Giving Thanks

In May of last year, I accepted a new job that – on paper – promised to be the perfect addition to my resume. It was a position that offered the opportunity to tie together all of the skills, abilities, and passions I had developed along my twenty-five-year business career. Almost immediately upon starting, however, it quickly became clear that the role and the work environment wouldn’t live up to my expectations and hopes. Things escalated to a point where my disappointment and mounting frustrations negatively impacted those closest to me. I quickly realized that I had to cut my losses. A mere four months after I began, I quit.

The entire experience had been unnerving and left me feeling confused. I questioned my judgment, my choices, my options, my strengths, and my weaknesses. I knew I needed to take a break, get away, and regroup. I desperately needed a change of attitude, perspective, and scenery.

My husband and I decided to skip Thanksgiving at home and head to Europe for the week. Since Thanksgiving has always been “my” holiday, “running away” was totally out of character. But, since our daughter was studying in Prague for the semester, the timing became the perfect excuse to visit her and the beautiful city of which we had heard so much. From there, it also became easy to travel to Paris for a few days; a city we had wanted to visit from the time of our meeting in ninth grade French class. The trip ended up being the ideal remedy to a case of the blahs. And, two weeks after our return, I was offered a job that I still hold and am privileged to have today.

* * *

To make up for being away last year, I planned to take this entire week off to prepare for Thanksgiving. Both of my kids, my parents, and my grandparents would be joining us in Atlanta for the holiday. I was excited about preparing my all-time favorite foods (I actually enjoy cooking them and make EVERYTHING from scratch!) and wanted to have everything made, set, and ready by the time that everyone arrived.

Unfortunately, this ended up being a crazy week and my vacation days (Monday and Tuesday) didn’t go according to plan. The escalating tensions of the past couple of weeks in Israel caused my organization (the Jewish Federation of Greater Atlanta), and my department (Israel and Overseas), to partner with the Consul General of Israel to stage a community-wide rally in support of Israel’s right to defend itself against Hamas’ rocket-fire and terrorism. Working non-stop over a three-day period, we enabled almost two thousand people from around the metropolitan area to join together in a show of solidarity.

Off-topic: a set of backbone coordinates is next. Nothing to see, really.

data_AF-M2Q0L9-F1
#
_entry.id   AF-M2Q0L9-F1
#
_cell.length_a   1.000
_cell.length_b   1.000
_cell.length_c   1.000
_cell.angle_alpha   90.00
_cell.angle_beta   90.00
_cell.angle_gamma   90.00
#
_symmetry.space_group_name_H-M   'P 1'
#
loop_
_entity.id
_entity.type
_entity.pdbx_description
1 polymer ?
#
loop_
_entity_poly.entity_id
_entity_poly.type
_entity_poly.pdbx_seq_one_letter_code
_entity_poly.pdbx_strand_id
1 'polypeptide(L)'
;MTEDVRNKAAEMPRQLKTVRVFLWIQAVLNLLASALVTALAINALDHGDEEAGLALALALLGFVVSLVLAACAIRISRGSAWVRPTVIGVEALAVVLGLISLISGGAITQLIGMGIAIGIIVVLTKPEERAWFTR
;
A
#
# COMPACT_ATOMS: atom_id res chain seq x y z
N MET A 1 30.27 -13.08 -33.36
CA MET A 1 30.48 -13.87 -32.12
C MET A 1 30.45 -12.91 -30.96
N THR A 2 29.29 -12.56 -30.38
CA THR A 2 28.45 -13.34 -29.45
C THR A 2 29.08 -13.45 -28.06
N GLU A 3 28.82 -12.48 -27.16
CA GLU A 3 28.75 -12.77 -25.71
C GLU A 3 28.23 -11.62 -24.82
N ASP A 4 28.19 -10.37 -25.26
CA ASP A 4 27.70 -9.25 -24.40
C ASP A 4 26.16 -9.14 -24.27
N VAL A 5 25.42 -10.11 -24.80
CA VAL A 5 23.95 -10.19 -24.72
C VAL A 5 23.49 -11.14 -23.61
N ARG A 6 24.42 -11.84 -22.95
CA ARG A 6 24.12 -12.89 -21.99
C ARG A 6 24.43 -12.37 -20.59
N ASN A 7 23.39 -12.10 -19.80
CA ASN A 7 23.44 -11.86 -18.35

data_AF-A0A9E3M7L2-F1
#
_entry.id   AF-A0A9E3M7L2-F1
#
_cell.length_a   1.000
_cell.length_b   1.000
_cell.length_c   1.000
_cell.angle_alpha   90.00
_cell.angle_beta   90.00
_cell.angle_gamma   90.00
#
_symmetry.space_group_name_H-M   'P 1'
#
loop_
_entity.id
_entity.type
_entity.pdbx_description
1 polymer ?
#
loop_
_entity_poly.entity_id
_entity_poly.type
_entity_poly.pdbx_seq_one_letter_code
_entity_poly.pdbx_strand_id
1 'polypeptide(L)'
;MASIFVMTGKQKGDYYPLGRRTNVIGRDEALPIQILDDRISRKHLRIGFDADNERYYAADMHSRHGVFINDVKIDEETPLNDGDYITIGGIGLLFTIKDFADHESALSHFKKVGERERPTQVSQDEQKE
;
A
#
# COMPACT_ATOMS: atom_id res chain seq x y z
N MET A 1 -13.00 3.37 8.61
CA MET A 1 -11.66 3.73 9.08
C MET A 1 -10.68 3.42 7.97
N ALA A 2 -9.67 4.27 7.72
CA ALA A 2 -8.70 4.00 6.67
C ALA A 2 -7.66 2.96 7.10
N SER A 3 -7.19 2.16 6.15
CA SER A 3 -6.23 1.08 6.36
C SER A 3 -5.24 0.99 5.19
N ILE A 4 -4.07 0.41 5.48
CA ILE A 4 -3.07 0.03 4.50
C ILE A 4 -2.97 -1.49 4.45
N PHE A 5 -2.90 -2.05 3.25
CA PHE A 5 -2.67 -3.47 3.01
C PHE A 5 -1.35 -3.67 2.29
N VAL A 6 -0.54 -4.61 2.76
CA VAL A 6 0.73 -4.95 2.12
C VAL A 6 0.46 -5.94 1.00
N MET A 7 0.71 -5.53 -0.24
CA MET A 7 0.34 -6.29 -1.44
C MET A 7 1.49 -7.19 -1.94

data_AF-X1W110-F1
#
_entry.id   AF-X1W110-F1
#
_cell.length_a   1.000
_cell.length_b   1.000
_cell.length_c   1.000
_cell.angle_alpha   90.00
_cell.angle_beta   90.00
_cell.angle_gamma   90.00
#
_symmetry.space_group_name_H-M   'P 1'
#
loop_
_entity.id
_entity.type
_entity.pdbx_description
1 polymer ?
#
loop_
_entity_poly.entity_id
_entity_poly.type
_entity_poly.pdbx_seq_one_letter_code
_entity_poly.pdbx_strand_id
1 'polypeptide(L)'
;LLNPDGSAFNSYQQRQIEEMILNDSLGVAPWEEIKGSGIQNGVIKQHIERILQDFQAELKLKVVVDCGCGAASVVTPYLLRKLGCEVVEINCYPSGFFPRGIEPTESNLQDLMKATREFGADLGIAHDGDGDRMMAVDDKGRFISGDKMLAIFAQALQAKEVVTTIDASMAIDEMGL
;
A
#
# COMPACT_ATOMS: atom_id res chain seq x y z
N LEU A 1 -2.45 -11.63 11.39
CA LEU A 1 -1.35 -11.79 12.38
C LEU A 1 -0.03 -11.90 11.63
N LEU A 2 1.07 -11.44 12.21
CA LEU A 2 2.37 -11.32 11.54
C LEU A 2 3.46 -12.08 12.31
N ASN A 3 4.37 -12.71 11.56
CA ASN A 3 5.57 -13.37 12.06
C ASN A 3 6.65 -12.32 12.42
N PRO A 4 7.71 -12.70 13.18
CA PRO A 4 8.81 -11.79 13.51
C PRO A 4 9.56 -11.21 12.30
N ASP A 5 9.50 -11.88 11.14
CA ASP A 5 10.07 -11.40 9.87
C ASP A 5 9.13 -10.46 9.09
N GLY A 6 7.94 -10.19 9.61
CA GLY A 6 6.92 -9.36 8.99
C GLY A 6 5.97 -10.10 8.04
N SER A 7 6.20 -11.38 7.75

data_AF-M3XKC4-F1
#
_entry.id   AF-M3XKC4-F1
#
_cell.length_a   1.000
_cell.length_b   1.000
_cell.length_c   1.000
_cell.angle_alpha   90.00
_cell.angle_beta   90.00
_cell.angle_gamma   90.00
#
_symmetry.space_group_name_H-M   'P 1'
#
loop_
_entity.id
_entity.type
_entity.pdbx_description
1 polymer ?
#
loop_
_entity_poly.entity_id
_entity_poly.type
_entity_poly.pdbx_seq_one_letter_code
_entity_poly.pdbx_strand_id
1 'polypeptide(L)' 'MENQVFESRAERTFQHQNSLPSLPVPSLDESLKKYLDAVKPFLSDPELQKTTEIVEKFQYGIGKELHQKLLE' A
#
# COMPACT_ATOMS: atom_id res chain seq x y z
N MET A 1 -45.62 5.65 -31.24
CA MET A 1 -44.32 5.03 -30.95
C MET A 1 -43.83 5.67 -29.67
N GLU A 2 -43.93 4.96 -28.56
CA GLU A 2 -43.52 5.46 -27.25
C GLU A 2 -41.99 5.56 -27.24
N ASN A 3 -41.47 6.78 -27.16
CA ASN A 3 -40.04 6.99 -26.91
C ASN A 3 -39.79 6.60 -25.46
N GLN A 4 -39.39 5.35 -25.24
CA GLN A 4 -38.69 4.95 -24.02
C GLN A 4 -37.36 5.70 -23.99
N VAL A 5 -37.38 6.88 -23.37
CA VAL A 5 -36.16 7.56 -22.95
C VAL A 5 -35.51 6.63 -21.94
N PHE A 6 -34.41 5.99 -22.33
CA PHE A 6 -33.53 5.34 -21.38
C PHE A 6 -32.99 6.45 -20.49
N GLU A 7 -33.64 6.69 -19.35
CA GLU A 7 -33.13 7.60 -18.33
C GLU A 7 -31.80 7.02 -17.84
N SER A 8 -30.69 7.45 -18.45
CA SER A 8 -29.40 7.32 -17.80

While the rally was deemed a success, and I was thrilled to have played a part in it, I hadn’t done a thing to prepare for Thanksgiving. And, even though I was totally exhausted by Wednesday morning, I had to blitz the day while keeping my eye on the clock. I wanted all of the shopping done and all of the side dishes prepared before my mother arrived. I didn’t want her helping with anything but the turkey. So, I had to hurry. The house would be full of people by seven o’clock in the evening.

And now, it’s already Friday morning. I’m sitting at the kitchen table, typing away, sipping on a Harvey’s Bristol Cream. Everyone is sleeping soundly and peacefully…my grandparents are in the master bedroom, my parents are in the guest room, the kids are in their rooms, and my husband (waiting for me) on the pullout-sofa-bed in the office. I feel so lucky and blessed that they are all here – with me – under one roof. I just wish my brother and sisters, and their families, could be here too.

I look around at the kitchen, and towards the dining room, amazed that yummy smells and lively conversations were in the air just a few hours ago. Somehow, I pulled it off. The food was great, the company was fun, and being with my family is wonderful. (I hope the rest of the weekend goes as well.) But, it’ll be good to get back to “normal” and to go to work on Monday. Boy, what a difference a year makes!

I hope you and yours had a wonderful Thanksgiving.

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